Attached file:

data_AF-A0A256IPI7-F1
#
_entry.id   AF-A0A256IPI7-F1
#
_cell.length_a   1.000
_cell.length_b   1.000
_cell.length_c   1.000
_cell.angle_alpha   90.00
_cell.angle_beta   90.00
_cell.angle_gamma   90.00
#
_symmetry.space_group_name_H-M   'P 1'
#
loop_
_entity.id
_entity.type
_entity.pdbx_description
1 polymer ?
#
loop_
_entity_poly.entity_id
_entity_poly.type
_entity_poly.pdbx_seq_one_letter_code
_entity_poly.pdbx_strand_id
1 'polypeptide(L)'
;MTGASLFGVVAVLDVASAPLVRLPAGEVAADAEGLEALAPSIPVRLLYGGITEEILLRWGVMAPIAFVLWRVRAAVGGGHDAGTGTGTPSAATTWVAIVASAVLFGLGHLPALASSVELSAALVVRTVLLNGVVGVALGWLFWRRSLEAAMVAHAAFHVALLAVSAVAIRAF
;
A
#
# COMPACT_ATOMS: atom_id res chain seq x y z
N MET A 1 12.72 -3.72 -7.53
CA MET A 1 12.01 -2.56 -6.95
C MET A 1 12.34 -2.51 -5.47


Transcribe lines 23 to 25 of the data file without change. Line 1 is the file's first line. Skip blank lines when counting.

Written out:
_entity_poly.pdbx_seq_one_letter_code
_entity_poly.pdbx_strand_id
1 'polypeptide(L)'